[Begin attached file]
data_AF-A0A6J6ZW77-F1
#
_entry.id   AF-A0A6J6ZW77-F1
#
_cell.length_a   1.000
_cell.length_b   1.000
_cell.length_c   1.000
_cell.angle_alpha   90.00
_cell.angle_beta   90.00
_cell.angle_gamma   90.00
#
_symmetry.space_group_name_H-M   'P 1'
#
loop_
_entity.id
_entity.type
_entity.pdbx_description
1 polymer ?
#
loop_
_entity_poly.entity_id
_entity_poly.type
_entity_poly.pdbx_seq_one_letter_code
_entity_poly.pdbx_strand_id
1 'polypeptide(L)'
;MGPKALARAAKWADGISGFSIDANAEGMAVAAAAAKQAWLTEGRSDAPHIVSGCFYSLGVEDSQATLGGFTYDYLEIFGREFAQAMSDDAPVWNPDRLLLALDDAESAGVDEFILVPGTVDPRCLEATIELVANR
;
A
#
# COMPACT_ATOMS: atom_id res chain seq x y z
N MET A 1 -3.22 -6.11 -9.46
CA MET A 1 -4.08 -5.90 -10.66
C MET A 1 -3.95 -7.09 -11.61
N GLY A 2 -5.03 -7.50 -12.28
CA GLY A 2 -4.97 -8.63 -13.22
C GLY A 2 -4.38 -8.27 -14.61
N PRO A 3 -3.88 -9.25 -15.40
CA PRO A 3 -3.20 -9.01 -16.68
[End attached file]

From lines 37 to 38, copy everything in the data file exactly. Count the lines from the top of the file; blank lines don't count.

N PRO A 3 -3.88 -9.25 -15.40
CA PRO A 3 -3.20 -9.01 -16.68